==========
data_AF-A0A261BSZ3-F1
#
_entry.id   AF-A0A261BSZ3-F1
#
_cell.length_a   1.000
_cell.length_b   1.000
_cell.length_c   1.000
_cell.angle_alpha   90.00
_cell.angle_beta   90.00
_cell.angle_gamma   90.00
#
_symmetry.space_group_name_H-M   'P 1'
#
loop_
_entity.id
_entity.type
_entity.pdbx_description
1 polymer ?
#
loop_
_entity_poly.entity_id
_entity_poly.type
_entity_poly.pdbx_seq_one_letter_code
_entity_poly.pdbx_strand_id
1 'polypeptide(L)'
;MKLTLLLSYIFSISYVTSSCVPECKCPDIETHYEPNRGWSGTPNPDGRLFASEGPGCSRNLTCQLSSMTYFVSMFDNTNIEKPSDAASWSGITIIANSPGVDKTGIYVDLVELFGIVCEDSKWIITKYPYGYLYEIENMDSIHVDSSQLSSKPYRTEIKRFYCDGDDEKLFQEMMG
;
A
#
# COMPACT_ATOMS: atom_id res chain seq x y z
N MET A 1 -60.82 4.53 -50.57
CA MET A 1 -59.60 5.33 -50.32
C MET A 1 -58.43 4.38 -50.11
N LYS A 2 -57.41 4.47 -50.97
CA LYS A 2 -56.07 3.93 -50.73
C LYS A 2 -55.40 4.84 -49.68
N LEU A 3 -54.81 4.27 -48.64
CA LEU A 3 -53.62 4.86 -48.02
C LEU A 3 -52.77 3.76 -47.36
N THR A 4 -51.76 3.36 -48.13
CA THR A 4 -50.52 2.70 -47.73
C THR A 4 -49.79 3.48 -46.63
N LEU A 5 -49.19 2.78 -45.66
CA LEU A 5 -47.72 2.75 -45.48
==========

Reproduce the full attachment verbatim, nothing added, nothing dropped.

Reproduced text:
data_AF-A0A261BSZ3-F1
#
_entry.id   AF-A0A261BSZ3-F1
#
_cell.length_a   1.000
_cell.length_b   1.000
_cell.length_c   1.000
_cell.angle_alpha   90.00
_cell.angle_beta   90.00
_cell.angle_gamma   90.00
#
_symmetry.space_group_name_H-M   'P 1'
#
loop_
_entity.id
_entity.type
_entity.pdbx_description
1 polymer ?
#
loop_
_entity_poly.entity_id
_entity_poly.type
_entity_poly.pdbx_seq_one_letter_code
_entity_poly.pdbx_strand_id
1 'polypeptide(L)'
;MKLTLLLSYIFSISYVTSSCVPECKCPDIETHYEPNRGWSGTPNPDGRLFASEGPGCSRNLTCQLSSMTYFVSMFDNTNIEKPSDAASWSGITIIANSPGVDKTGIYVDLVELFGIVCEDSKWIITKYPYGYLYEIENMDSIHVDSSQLSSKPYRTEIKRFYCDGDDEKLFQEMMG
;
A
#
# COMPACT_ATOMS: atom_id res chain seq x y z
N MET A 1 -60.82 4.53 -50.57
CA MET A 1 -59.60 5.33 -50.32
C MET A 1 -58.43 4.38 -50.11
N LYS A 2 -57.41 4.47 -50.97
CA LYS A 2 -56.07 3.93 -50.73
C LYS A 2 -55.40 4.84 -49.68
N LEU A 3 -54.81 4.27 -48.64
CA LEU A 3 -53.62 4.86 -48.02
C LEU A 3 -52.77 3.76 -47.36
N THR A 4 -51.76 3.36 -48.13
CA THR A 4 -50.52 2.70 -47.73
C THR A 4 -49.79 3.48 -46.63
N LEU A 5 -49.19 2.78 -45.66
CA LEU A 5 -47.72 2.75 -45.48